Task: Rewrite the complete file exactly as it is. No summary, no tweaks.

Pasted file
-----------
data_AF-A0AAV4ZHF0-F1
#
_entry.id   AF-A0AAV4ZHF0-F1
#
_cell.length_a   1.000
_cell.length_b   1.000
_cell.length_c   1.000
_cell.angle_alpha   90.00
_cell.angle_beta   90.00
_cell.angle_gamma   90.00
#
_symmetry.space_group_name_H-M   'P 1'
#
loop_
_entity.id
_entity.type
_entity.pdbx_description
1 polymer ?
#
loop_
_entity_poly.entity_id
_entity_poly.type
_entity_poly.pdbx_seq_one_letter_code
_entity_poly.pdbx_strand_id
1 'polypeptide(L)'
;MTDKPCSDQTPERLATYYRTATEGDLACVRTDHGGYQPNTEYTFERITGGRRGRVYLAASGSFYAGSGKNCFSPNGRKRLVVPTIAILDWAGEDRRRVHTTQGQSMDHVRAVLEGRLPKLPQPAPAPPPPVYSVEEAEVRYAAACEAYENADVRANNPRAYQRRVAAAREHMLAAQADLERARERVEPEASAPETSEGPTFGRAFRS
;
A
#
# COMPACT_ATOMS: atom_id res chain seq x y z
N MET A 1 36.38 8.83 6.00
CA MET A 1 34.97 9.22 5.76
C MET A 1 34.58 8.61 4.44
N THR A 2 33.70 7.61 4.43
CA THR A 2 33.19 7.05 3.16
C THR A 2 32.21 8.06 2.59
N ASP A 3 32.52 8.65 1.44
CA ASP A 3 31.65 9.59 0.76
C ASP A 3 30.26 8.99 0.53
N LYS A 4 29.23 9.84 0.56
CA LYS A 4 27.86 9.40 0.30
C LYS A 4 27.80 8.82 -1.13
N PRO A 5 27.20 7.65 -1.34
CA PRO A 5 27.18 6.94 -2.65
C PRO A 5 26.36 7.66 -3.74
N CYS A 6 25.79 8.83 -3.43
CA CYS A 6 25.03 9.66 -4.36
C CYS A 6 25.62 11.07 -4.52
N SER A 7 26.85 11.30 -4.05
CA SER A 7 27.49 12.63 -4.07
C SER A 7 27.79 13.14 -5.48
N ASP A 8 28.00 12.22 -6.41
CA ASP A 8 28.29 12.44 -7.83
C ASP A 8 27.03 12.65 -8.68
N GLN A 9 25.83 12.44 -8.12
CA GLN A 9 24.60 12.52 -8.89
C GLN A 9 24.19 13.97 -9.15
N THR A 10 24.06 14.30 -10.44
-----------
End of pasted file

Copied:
data_AF-A0AAV4ZHF0-F1
#
_entry.id   AF-A0AAV4ZHF0-F1
#
_cell.length_a   1.000
_cell.length_b   1.000
_cell.length_c   1.000
_cell.angle_alpha   90.00
_cell.angle_beta   90.00
_cell.angle_gamma   90.00
#
_symmetry.space_group_name_H-M   'P 1'
#
loop_
_entity.id
_entity.type
_entity.pdbx_description
1 polymer ?
#
loop_
_entity_poly.entity_id
_entity_poly.type
_entity_poly.pdbx_seq_one_letter_code
_entity_poly.pdbx_strand_id
1 'polypeptide(L)'
;MTDKPCSDQTPERLATYYRTATEGDLACVRTDHGGYQPNTEYTFERITGGRRGRVYLAASGSFYAGSGKNCFSPNGRKRLVVPTIAILDWAGEDRRRVHTTQGQSMDHVRAVLEGRLPKLPQPAPAPPPPVYSVEEAEVRYAAACEAYENADVRANNPRAYQRRVAAAREHMLAAQADLERARERVEPEASAPETSEGPTFGRAFRS
;
A
#
# COMPACT_ATOMS: atom_id res chain seq x y z
N MET A 1 36.38 8.83 6.00
CA MET A 1 34.97 9.22 5.76
C MET A 1 34.58 8.61 4.44
N THR A 2 33.70 7.61 4.43
CA THR A 2 33.19 7.05 3.16
C THR A 2 32.21 8.06 2.59
N ASP A 3 32.52 8.65 1.44
CA ASP A 3 31.65 9.59 0.76
C ASP A 3 30.26 8.99 0.53
N LYS A 4 29.23 9.84 0.56
CA LYS A 4 27.86 9.40 0.30
C LYS A 4 27.80 8.82 -1.13
N PRO A 5 27.20 7.65 -1.34
CA PRO A 5 27.18 6.94 -2.65
C PRO A 5 26.36 7.66 -3.74
N CYS A 6 25.79 8.83 -3.43
CA CYS A 6 25.03 9.66 -4.36
C CYS A 6 25.62 11.07 -4.52
N SER A 7 26.85 11.30 -4.05
CA SER A 7 27.49 12.63 -4.07
C SER A 7 27.79 13.14 -5.48
N ASP A 8 28.00 12.22 -6.41
CA ASP A 8 28.29 12.44 -7.83
C ASP A 8 27.03 12.65 -8.68
N GLN A 9 25.83 12.44 -8.12
CA GLN A 9 24.60 12.52 -8.89
C GLN A 9 24.19 13.97 -9.15
N THR A 10 24.06 14.30 -10.44